Another step reaches the Cabinet
15 minutes ago
Now, let’s turn to the Christian record. What do the Gospel writers say about Jesus? When it comes to his birth, as a group, they say nothing. The Gospels of Mark and John never mention the Nativity. Only Matthew and Luke describe it."Contradict" does not mean "a detail found in one story is missing from another." But that's a post for another day. What the author
But it’s misleading to say “Matthew and Luke.” One might better say “Matthew vs. Luke,” for the Gospels bearing their names contradict* each other on almost every detail. The popular image of shepherds and wise men side by side before the cradle? Matthew says wise men. Luke says shepherds. Neither says both.
The star in the East? Only in Matthew.
“Hark, the herald angels sing” . . . but only in Luke. Matthew never heard of them**.
So here's a fact appropriate for the day: Americans are three times as likely to believe in the Virgin Birth of Jesus (83 percent) as in evolution (28 percent).That number, according to Kristoff, includes not only 91% of Christians, but 47% of non-Christians as well. Now, what made me laugh is not that more non-Christians believe in the Virgin Birth than believe in evolution, but that the American School system teaches one and not the other. If Kristoff and other lefties at the Times would follow the logic there, they would conclude that the best way to get Americans to believe in evolution would be to ban it. That's not really a recommendation. I'm just saying.
Jaroslav Pelikan, the great Yale historian and theologian, says in his book ''Mary Through the Centuries'' that the earliest references to Mary (like Mark's gospel, the first to be written, or Paul's letter to the Galatians) don't mention anything unusual about the conception of Jesus.Paul never mentions Mary in a single one of his letters - that Galatians gets included as an "earliest reference to Mary" just highlights Kristoff's ignorance here. The man simply doesn't know what he's talking about.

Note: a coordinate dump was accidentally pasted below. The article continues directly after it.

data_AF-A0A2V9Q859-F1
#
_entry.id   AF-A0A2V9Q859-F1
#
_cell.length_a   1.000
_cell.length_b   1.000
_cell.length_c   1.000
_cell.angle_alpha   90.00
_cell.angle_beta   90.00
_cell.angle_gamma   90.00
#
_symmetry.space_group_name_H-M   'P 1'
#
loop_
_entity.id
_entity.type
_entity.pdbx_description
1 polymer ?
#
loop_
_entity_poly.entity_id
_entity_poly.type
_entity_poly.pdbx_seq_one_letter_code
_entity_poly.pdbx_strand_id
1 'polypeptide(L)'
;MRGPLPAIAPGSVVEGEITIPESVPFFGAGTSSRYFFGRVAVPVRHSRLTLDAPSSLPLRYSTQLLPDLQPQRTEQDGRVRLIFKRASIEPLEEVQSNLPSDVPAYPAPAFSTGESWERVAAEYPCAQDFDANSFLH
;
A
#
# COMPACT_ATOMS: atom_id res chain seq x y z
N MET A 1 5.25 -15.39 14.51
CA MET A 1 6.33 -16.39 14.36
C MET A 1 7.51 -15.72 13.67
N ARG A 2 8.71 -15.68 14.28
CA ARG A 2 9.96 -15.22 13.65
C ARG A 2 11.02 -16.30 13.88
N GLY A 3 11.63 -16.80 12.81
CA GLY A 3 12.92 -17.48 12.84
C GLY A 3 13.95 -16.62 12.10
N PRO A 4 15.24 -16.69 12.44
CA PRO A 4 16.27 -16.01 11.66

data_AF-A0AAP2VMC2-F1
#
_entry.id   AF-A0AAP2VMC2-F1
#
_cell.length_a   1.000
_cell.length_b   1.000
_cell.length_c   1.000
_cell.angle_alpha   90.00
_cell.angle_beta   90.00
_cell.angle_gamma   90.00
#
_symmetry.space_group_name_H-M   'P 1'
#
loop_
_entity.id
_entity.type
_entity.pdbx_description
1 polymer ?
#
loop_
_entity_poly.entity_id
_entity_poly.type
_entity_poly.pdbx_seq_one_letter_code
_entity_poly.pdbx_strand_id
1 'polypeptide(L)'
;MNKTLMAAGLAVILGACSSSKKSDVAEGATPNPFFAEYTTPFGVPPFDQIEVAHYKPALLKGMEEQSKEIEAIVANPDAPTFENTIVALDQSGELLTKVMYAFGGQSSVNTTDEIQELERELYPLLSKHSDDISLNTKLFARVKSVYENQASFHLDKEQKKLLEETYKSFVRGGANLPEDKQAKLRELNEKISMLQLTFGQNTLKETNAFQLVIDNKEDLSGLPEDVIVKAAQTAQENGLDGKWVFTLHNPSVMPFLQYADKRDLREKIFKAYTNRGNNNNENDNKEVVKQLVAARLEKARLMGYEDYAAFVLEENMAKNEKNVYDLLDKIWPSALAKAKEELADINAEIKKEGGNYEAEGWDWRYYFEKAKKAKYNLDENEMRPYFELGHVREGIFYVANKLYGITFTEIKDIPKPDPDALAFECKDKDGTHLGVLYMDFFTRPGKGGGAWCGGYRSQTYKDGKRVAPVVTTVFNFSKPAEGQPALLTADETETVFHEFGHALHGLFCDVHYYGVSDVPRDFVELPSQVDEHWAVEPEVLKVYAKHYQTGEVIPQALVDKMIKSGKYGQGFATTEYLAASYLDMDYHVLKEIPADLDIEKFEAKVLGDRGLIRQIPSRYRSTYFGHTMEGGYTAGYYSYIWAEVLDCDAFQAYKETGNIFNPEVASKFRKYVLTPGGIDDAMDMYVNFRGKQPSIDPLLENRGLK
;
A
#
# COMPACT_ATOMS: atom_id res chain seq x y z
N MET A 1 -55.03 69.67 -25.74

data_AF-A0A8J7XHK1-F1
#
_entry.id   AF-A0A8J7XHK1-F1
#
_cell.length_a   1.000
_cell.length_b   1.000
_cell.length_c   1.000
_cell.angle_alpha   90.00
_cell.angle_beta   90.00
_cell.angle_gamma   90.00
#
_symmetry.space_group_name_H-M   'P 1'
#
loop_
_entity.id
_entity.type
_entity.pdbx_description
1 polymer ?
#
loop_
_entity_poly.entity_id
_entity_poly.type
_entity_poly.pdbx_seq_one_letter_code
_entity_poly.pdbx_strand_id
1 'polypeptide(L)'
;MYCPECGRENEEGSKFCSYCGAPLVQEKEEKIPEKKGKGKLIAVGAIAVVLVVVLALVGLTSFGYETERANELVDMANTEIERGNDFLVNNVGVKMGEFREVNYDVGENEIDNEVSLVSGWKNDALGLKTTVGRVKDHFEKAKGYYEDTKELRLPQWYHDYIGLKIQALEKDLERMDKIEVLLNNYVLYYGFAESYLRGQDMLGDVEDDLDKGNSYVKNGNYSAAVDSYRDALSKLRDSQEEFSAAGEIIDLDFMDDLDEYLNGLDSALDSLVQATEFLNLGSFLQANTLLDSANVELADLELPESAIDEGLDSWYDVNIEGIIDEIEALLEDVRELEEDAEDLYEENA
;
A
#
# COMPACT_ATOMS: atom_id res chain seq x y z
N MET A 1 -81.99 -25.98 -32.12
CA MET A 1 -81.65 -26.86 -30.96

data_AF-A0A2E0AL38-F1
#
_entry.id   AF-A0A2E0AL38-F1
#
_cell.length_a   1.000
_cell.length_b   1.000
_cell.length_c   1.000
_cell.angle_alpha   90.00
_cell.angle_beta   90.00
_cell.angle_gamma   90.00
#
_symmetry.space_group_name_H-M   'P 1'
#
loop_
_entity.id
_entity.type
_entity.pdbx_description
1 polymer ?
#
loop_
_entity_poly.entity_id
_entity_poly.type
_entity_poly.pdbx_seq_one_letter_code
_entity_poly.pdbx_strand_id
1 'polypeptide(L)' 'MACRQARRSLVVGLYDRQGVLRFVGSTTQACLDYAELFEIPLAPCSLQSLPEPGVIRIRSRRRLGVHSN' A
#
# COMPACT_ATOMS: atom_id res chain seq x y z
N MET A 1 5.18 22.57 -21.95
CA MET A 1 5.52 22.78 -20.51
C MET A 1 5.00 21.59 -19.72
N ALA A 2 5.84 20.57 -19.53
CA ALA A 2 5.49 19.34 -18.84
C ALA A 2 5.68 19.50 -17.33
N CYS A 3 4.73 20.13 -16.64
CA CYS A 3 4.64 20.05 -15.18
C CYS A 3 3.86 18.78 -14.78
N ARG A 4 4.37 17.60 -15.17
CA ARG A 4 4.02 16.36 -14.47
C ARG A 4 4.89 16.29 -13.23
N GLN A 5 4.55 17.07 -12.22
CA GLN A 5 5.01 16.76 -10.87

The Gospels of Matthew and Luke do say Mary was a virgin, but internal evidence suggests that that part of Luke, in particular, may have been added later by someone else (it is written, for example, in a different kind of Greek than the rest of that gospel)."Internal evidence suggests..." is a nice way of saying "if you look really really hard...and twist." The fact is that all non-fragmentary copies of Luke and Matthew, including the earliest ones, contain the Virgin Birth stories. All of them. So there is no documentary evidence upon which to hang such a "may have been."
As the Catholic theologian Hans Küng puts it in ''On Being a Christian,'' the Virgin Birth is a ''collection of largely uncertain, mutually contradictory, strongly legendary'' narratives, an echo of virgin birth myths that were widespread in many parts of the ancient world.And it's sad because it's so undeniably deceptive. "Virgin Birth myths" do not appear in Jewish literature, not even (as I mentioned before) in Isaiah, which is absolutely necessary to square with the hebraisms mentioned above. Myths that appear "in many parts of the ancient world" do you no good if they do not appear among the Hebrews. Nor do the stories from the rest of the world square with the word 'virgin' - they are usually just stories of horny gods seducing beautiful women. What Küng and others do is generalize that Romulus and Remus were the sons of a god, and Jesus was the son of God, and therefore the stories are an 'echo.' That is not the way to do science, kids.
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